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Compression garments for vein problems

Compression garments are evidence-based medical treatments for vein problems.

How do compression garments work to support veins?

The video below by Sigvaris shows how veins can be supported through compression therapy.

What is compression therapy?

  • Garments
  • Pneumatic compression pumps
  • Bandaging

What are the types of vein problems that may benefit from compression?

Diseases of the veins include:

Blood clots (thrombosis)

Thrombosis can occur in the legs, arms, veins of the internal organs (kidney, spleen, intestines, liver, pelvic organs), brain (cerebral vein thrombosis), kidneys (renal vein thrombosis), or lungs (pulmonary embolism).

Thrombosis of a deep vein

Deep vein thrombosis (DVT) is a blood clot that forms in a deep vein (including the upper extremities — arms — and lower extremities — legs). Even though deep vein thrombosis is not life-threatening, the blood clot has the potential to break loose and travel through the bloodstream, where it can lodge in the lung’s blood vessels (known as a pulmonary embolism). This condition is potentially fatal.

There is high-quality evidence that graduated compression stockings are effective in reducing the risk of DVT in hospitalised patients who have undergone general and orthopaedic surgery.

Thrombosis or phlebitis of superficial veins

A blood clot that forms in a vein close to the skin’s surface is known as superficial venous thrombosis or phlebitis. Typically, these types of blood clots do not travel to the lungs unless they first enter the deep venous system. However, they typically result in discomfort.

Chronic venous insufficiency

Chronic venous insufficiency is characterised by blood pooling, chronic leg oedema, increased pressure, increased skin pigmentation or discoloration, and leg ulcers known as venous stasis ulcers.

Varicose and spider veins

Varicose and spider veins are abnormal, dilated blood vessels caused by a deterioration of the blood vessel wall.

Ulcers

Blood flow stagnation or venous stasis is the cause of ulcers. Ulcers are wounds or open sores that fail to heal or recur. The majority of venous stasis ulcers are found on the inner aspect of the lower leg, just above the ankle, and below the knee.

For elderly people (aged over 70 years) that have been found to have had an ulcer in the past, graduated compression stockings in class 2 probably reduce the risk of leg ulcer recurrence compared to compression stockings class 1.

How can compression therapy help vein problems?

Compression therapy is an evidence-based method for helping with venous problems.

A Cochrane review stated that, “Graduated compression stockings (GCS) help prevent the formation of blood clots in the legs by applying varying amounts of pressure to different parts of the leg.”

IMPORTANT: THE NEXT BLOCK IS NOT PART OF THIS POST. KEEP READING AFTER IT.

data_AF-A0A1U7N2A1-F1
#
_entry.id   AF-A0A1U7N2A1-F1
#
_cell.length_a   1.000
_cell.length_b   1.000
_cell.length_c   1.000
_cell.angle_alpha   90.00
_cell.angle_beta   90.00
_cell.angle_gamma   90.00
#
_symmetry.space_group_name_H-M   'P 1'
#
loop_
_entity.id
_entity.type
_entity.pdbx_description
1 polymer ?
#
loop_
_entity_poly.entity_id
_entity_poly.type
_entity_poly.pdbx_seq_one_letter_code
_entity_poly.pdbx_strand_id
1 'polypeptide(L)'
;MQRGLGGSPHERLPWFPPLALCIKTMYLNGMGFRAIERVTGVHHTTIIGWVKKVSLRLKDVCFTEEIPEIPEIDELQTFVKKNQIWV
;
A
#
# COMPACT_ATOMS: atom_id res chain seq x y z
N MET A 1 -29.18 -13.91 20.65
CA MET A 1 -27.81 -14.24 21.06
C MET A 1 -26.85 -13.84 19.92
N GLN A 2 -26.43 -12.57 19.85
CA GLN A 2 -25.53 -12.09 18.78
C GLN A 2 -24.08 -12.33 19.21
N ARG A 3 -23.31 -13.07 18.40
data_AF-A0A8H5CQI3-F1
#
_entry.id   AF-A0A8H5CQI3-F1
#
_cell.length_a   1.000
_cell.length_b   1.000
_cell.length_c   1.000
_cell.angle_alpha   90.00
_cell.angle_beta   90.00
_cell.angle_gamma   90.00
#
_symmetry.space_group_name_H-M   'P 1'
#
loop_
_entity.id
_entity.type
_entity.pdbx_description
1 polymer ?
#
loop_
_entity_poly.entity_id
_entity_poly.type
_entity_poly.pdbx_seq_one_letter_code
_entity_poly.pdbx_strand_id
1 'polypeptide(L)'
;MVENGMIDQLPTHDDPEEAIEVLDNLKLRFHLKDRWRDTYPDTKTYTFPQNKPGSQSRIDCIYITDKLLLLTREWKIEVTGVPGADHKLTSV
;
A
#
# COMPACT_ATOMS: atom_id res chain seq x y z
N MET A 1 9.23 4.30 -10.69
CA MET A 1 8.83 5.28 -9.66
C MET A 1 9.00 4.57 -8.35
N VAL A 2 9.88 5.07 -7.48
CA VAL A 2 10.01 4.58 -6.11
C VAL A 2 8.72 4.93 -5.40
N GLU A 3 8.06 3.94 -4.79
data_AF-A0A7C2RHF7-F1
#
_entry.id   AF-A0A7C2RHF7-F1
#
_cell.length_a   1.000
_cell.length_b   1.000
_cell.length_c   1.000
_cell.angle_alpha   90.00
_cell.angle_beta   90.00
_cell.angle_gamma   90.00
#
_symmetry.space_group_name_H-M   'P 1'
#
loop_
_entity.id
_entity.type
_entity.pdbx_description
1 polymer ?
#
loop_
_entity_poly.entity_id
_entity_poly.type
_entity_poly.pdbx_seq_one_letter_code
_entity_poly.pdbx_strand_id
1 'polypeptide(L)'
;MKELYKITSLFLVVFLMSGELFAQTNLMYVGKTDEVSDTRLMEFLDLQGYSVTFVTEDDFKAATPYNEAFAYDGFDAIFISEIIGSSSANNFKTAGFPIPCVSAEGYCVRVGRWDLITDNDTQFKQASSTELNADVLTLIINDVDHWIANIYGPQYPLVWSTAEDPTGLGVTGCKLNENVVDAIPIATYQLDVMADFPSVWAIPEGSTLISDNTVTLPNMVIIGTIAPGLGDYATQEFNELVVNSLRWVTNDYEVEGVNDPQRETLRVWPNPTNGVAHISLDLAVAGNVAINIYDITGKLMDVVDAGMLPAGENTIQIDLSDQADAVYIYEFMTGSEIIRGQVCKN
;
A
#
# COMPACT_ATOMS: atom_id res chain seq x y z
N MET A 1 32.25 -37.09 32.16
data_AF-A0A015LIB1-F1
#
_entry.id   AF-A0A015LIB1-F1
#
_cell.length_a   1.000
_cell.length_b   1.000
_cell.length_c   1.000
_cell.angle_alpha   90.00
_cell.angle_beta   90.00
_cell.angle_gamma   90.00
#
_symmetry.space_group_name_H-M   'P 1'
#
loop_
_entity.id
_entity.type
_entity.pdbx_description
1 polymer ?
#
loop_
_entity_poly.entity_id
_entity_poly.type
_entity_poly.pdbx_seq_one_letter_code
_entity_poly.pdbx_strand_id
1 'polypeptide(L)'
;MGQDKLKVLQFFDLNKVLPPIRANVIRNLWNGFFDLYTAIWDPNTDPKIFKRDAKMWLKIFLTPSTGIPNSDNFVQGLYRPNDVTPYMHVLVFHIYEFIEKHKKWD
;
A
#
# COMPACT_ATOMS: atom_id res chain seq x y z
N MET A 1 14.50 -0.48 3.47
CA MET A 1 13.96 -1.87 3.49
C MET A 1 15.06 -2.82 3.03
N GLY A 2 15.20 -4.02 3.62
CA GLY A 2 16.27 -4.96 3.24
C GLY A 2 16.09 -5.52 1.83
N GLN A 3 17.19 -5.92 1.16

Best practice for the management of venous ulcers and venous insufficiency involves pressure garments.

Compression therapy is the mainstay treatment for venous ulcers. [Jindal et al, 2018]

What makes compression therapy effective for vein problems?

Being applied EARLY

Compression is much more likely to be effective when applied early. Vein problems progress through stages. When very early signs of swelling are present or even before swelling occurs is the ideal time for when compression therapy should start to be won.

Being the correct pressure

Medical compression garments are prescribed at a set dosage of pressure. They need to be replaced every 4 to 6 months depending on the brand and how much wear they receive.

Compression garments should be graduated and tested for safety and quality. You should only buy reputable brands of medical compression garments.

Being the correct compression class

“In general, though, low compression refers to pressure of less than 20 mm Hg or class 1; medium compression to pressure of 20–30 mm Hg or class 2; and high compression to pressure of greater than 30 mm Hg, or class 3 or higher. The overall pressure is affected by factors such as the elasticity and stiffness of stocking material, the size and shape of the wearer’s legs, and the movements and activities of the wearer.” [Sim Lim and Davies, 2014]

Being comfortable

Compression garments should only be applied safely and they should not hurt! If they cause discomfort they should be removed. There are lots of brand options, styles and fabrics available to ensure that everyone can get the right compression option for their needs.

For example:

  • patients with diabetes and wound on their feet do not have to have compression on their feet – they can wear leg wraps to control ulcers and venous insufficiency which go from the ankle up to knee. This leaves the foot area free.
  • patients with painful wounds can use compression pumps that have chambers that can be tuned off over the painful wound
  • patients with severe venous insufficiency can wear strong flat knit garments to control the swelling or wraps
  • patients with mild venous problems and varicose veins can wear circular knit garments that look like normal socks. No one even needs to know that patients are wearing compression therapy as they can look like normal, stylish clothing.

A qualified lymphoedema practitioner can assist you with your compression needs. You can find them via www.instituteoflymphoedema.com.au/canfind